Tuesday, 19 September 2017

5 Most Misunderstood Terms in an Employment Contract

Author: Donovan Cheah (Partner) (Donovan & Ho)

Whether you are an employee or an employer, it’s important to have a basic understanding about the terms of an employment contract, and what they really mean. In our practice, we have come across many situations where an employment contract is signed, locked away in a filing cabinet, and completely forgotten about until a problem arises. It is only then when parties realise that they did not fully understand their contractual obligations.

This article will highlight some of the commonly misunderstood terms in an employment contract.

Wednesday, 13 September 2017

Misconduct Out of Office Hours: Is There a Fine Line?

Author: Amirul Izzat Hasri (Associate in the dispute resolution practice group at Donovan & Ho)
Article was provided by: Donovan Cheah (Partner, Donovan & Ho)
Can disciplinary action be taken against an employee who does something inappropriate outside office hours and outside of the company premises?

The law entails that employers can hold an employee accountable for his conduct if they can successfully establish a sufficient nexus between the employee’s off duty conduct and its impact on the business and image of the employer.

The common law position was highlighted in the case of The Post Office v Liddiard [2001] EWCA Civ 940, whereby the employee’s involvement in football hooliganism during the World Cup had brought bad publicity towards his employer. The Court found that the employee’s dismissal was valid as his conduct had brought his employer into disrepute. An employer can therefore justify a dismissal if they can prove that the employee’s conduct had tarnished, or had a considerable prospect of damaging the employer’s business image.

Tuesday, 5 September 2017

Maternity Leave & Redundancy — Know Your Rights

Author: Rachel Waters is a barrister who commenced her legal career in Employment Law

Australia has come a long way in providing a more equal playing field for women in the workplace. At one stage in the 1960’s, women who worked for the Commonwealth Government who married were forced to resign. Further, it was not until the 1970’s that anti-discrimination laws and parental leave laws began to address the fact that women suffered negative consequences in the workplace as a consequence of the bearing of children. However, Australia still has a long way to go in ensuring women are able to participate equally with men in the workplace in relation to status, responsibility and remuneration.

Parental leave laws are paramount in enabling women and same-sex parents to have children without major detriment to their short and long term careers. In addition, they serve to indirectly and partially address the ongoing gap in pay between men and women.

Wednesday, 23 August 2017

Thailand to create long-term retirement visa

By: Stephen Frost, Bangkok International Associates

Bangkok International Associates is a general corporate and commercial law firm

Thailand has for a long time had a retirement visa available. It is shortly to launch a long-term retirement visa, possibly to come into effect in August 2017, hoping to attract more foreign retirees to the country. In this article, we examine the existing law, the new proposals, and comment on them.

The existing retirement visa: The existing retirement visa concept is relatively simple in its requirements, as follows:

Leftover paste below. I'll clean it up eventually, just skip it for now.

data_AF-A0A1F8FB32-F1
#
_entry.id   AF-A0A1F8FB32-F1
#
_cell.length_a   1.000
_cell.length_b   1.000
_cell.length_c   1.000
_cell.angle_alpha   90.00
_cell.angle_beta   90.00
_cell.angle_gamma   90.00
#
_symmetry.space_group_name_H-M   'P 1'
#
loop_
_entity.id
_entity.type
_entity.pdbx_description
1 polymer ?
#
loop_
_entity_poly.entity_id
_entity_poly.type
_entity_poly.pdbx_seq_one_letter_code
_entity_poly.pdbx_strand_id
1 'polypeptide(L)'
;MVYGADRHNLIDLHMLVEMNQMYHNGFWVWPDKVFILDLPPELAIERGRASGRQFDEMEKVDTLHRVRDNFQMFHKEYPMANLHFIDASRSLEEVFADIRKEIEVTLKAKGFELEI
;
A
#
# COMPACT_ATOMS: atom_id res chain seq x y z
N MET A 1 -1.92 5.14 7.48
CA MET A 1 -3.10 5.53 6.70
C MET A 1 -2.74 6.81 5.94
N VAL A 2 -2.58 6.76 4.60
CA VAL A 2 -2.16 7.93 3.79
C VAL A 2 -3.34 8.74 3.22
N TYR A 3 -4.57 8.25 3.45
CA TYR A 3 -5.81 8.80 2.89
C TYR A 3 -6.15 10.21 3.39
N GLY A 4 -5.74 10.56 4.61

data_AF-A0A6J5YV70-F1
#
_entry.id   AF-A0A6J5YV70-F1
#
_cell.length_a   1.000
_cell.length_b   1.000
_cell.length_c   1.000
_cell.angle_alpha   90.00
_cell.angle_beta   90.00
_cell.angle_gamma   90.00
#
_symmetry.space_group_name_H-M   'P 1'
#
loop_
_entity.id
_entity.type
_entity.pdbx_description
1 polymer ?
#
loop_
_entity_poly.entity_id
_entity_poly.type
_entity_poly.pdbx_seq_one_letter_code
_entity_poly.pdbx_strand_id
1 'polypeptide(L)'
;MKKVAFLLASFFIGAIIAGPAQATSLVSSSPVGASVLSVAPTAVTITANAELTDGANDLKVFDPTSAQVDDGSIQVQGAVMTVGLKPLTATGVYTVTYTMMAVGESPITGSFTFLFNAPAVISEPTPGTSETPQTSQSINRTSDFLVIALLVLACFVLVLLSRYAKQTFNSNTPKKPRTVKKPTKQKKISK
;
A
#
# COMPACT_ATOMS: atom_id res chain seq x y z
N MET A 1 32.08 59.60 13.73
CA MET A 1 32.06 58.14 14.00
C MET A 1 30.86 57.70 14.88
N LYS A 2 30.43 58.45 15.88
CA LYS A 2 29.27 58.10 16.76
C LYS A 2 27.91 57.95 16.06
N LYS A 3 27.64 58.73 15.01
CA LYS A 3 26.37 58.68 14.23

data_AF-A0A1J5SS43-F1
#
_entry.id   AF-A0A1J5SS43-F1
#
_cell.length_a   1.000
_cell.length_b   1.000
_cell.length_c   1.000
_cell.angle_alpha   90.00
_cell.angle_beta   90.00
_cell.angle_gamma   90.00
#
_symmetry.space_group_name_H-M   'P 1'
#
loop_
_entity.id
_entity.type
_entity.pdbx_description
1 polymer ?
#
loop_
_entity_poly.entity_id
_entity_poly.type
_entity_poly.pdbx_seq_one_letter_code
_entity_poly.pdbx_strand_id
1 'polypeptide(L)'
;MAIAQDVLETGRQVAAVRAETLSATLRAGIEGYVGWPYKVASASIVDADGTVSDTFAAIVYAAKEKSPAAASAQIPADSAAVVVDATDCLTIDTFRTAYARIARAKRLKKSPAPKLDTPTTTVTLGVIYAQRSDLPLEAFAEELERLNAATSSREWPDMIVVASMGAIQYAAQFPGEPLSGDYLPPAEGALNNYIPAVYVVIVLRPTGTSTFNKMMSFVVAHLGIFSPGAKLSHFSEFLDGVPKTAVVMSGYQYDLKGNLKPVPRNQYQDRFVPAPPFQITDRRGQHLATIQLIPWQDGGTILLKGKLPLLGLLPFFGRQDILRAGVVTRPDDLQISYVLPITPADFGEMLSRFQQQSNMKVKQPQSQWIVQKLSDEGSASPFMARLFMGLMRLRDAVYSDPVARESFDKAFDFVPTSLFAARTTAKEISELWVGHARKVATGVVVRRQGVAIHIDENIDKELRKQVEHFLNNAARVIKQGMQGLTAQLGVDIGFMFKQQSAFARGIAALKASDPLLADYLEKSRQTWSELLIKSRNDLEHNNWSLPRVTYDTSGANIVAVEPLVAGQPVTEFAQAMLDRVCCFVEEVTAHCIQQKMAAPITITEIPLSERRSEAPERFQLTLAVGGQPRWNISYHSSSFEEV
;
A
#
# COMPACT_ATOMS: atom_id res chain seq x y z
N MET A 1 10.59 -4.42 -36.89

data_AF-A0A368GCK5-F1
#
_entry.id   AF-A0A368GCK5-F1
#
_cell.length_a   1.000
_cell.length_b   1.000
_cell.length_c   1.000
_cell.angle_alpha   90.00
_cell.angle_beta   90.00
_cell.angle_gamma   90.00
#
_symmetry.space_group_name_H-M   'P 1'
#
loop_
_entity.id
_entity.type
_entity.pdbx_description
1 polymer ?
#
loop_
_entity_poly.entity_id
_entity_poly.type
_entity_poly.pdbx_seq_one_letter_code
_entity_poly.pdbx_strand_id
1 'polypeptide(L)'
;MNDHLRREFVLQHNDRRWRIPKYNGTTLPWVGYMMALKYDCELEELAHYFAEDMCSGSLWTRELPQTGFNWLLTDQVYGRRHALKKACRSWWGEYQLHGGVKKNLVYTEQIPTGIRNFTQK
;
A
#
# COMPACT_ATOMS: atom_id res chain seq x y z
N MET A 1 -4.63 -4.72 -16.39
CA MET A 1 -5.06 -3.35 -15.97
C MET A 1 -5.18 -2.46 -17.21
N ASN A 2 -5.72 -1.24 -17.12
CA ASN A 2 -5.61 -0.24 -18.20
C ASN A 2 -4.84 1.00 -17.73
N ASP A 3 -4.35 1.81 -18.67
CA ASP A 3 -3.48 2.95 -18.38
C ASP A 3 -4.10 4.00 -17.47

Tuesday, 15 August 2017

Whatsapp Messages: Admissible in Court?

Author: Donovan Cheah (Partner, Donovan & Ho)
Whatsapp is a text messaging application that is used by more than 1 billion users in more than 180 countries. Its use has become so prevalent that it has become a primary mode of communication for many individuals. Many parties now use Whatsapp even for business purposes, such as communicating with clients, sending documents or even negotiating contracts.

As lawyers, one of the questions we get asked frequently is whether Whatsapp messages can be adduced as evidence in court.

Thursday, 10 August 2017

Recovery of Expenses: Disbursement vs Reimbursement

This article was written by Ivy Ling Yieng Ping of Lee Hishammuddin Allen & Gledhill.

1. It is common for a GST-registered business to incur expenses while making a supply of goods or services to clients. Generally, these expenses will be recovered subsequently from the clients. However, the commercial contract between the parties, more often than not, is silent on how the recovery of expenses should be treated for the purposes of GST.

2. This may create confusion, resulting in the recovery of expenses being given the wrong GST treatment (either GST is wrongfully charged or no GST has been charged when it should be) and ultimately resulting in the filing of an incorrect GST return.

Tuesday, 1 August 2017

Real Estate Transactions - GST Inclusive or Exclusive

This article was written by Ashley Lee Si Han of Lee Hishammuddin Allen & Gledhill. 

The goods and services tax (“GST”) has been with us since 1 April 2015 and we have seen its impact on various parts of our lives. In theory, it is a relatively straightforward tax regime that can nevertheless prove difficult in practice, especially in relation to GST on real estate transactions.

Since the introduction of GST in Malaysia, the parties to any real estate transactions have inevitably dealt with the insertion of GST clauses in their contracts. Judging from the precedents of GST disputes under real estate transactions in various Commonwealth jurisdictions, it is important to exercise vigilance in relation to all transaction documents by ensuring that you have the right GST clauses which reflect your intention. If you are relying on a standard “one size fits all” GST clause for all real estate transactions, it might contain several loopholes, which can be a costly mistake in the event of a dispute, given the significant financial impact of GST.